Will the women feel like the Mayan farm worm in Mexico who preferred no latrine
to a pit latrine?
Even though there were only public standpipes and some wells on private lots
women wanted a porcelain pour-flush latrine instead of a pit latrine. They said
they preferred carrying more water or reusing bath water to flush with to just wasting
the excreta in a hole. "The pour-flush is easier to clean, not smelly, and it's
modern' they said. (McGarry & Elmendorf in Elmendorf and Buckles, 1980) Another
myth is exploded. Some women will carry extra water for flushing, especially if daily
bathing is the custom.

Will women in Africa the Caribbean and the Americas be interested in know-

ing about pour-flush latrines even though they are not usually as much a part of

their culture as in Asia?

Women in several Latin American countries, Colombia, Dominican Republic and

Honduras have successfully managed the stool type pour-flush latrine which was

introduced into an integrated rural development project (CIMDER) in Colombia in

the mid seventies. (Rodrigrez, et al 1980) The squat-plate water seal latrine is

not as acceptable in most of the Americas as it is in Asia.1)In parts of India

and Pakistan a low cost pour-flush latrine has replaced the bucket latrine in

many areas and appropriate soak-away pits have been built sometimes by the

women and nearly always with their approval and cooperation in changing habits

and personal hygiene. (Bakhteari, Ain 1980)

If the adults in an irrigation project are not interested in a latrine,

would a child-sized latrine for training at home and in nursery schools be appro-


In Sri Lanka a pour-flush child-sized latrine has been developed and intro-

duced into nursery schools and private homes by Sarvodaya.(Jayasinghe 1980)

(Elmendorf 1982) In drier parts of Sri Lanka a waterless small bore pit latrine

was developed in 1984 for areas without adequate water. (Fernando 1984) This

latrine was introduced initially by the Ministry of Health in the 1950's to help

cut down on helminth infection from indiscriminate defecation to children around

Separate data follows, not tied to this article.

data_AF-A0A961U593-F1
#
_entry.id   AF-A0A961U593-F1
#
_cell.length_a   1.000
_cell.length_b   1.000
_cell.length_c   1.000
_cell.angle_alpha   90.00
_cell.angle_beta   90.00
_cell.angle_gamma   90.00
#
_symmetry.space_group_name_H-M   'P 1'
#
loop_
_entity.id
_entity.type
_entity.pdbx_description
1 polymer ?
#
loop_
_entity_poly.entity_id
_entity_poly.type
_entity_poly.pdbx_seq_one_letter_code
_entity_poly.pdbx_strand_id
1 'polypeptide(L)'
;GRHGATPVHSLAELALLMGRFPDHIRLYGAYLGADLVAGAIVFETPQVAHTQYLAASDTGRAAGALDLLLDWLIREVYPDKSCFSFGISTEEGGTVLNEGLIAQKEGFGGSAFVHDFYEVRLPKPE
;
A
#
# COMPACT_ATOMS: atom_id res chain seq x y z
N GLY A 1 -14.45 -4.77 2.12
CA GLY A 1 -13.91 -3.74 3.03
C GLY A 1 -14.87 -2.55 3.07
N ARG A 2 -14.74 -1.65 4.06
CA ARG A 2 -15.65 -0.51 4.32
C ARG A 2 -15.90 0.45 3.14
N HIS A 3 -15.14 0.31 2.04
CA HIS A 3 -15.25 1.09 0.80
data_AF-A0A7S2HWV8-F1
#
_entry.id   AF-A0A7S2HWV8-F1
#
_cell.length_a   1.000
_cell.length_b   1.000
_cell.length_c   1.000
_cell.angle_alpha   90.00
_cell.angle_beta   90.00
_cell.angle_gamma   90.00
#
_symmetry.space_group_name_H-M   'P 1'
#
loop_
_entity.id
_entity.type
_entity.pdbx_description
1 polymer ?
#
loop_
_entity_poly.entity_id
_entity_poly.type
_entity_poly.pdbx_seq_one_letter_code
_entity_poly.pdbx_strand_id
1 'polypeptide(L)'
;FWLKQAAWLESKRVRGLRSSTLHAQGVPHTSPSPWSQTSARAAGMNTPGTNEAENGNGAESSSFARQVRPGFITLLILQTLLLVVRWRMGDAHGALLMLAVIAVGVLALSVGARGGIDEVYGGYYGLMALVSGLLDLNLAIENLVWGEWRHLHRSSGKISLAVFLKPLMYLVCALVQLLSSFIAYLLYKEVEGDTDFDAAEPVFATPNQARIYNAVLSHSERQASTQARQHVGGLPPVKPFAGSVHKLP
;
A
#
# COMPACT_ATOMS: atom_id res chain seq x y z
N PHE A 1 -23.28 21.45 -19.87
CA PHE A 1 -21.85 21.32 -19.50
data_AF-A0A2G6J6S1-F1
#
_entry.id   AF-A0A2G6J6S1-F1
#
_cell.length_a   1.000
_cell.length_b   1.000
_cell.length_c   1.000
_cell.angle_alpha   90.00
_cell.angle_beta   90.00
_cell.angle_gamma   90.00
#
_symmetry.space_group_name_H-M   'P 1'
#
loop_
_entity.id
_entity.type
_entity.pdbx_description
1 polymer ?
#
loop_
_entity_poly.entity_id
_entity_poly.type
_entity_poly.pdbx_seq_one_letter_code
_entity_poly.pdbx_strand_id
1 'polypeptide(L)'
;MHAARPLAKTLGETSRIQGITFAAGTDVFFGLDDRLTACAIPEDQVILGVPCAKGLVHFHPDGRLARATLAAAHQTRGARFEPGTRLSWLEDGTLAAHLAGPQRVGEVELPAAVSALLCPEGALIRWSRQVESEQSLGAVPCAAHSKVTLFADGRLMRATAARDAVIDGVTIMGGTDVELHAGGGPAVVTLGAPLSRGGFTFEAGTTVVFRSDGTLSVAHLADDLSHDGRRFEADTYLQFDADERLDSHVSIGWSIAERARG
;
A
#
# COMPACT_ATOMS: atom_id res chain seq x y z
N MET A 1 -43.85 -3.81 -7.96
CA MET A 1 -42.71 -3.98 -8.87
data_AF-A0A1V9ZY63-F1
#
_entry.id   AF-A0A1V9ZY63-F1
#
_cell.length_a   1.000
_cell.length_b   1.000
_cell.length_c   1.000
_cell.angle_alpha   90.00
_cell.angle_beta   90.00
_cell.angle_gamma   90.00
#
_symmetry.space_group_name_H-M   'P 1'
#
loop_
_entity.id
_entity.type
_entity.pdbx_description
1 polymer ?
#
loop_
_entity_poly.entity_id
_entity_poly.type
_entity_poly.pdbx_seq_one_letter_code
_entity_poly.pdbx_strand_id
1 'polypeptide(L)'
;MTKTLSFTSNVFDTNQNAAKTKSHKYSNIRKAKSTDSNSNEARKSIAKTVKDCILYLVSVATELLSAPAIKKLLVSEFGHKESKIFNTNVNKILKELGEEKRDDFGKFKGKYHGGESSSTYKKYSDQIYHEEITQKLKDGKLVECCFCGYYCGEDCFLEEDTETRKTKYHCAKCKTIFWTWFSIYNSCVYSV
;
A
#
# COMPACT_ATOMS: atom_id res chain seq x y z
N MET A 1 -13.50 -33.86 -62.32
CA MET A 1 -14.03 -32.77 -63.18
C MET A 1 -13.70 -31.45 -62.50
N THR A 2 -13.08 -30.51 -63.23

housesites but was not continued by later administrations. Bathing of children

and washing of hands with soap on the cement slab cut down on faecal oral con-

tamination. In some cases such a child-size latrine without walls drains

into the same soak-away pit as the family latrine which some children are afraid

to use. (Elmendorf Sri Lanka Decade Report 1980)

Do the women on the irrigation project think that the feces of their children

are harmless. -31-

Footnote 1) This low-cost modified stool model has been improved and is being suc-
cessfully introduced with heavy involvement of women in many Latin American countries
as well as the Philippines.

In discussions with women at various conferences, including the Mid Decade

Conference of Women in Copenhagan, most women confirmed that they had thought

of infant feces,if not harmless, at least as being not harmful. This belief

which is widespread as confirmed by field reports in Latin America, Asa'i and

Africa makes women the unwilling, unknowing 'Thphoid Marys' of gastro-enteric

diseases. Women become the carriers of diarrheal infections to their families

and themselves by handling infants and their excreta which are usually more

pathogen loaded than adult feces, then preparing or serving food, etc.

How can plans for excreta disposal be related to the need for hand washing

dnd bathing to make behavioral changes easier less difficult to effect?

What about dishwashing?

What about laundry.

All of these are issues of design and technology which should be discussed

with women.


How can plans for waste water disposal from domestic uses be added to

overall planning on irrigation schemes?

Can some sewage be treated in lagoons and cycled back to the irrigation


Does sewage water need to be separated from grey water?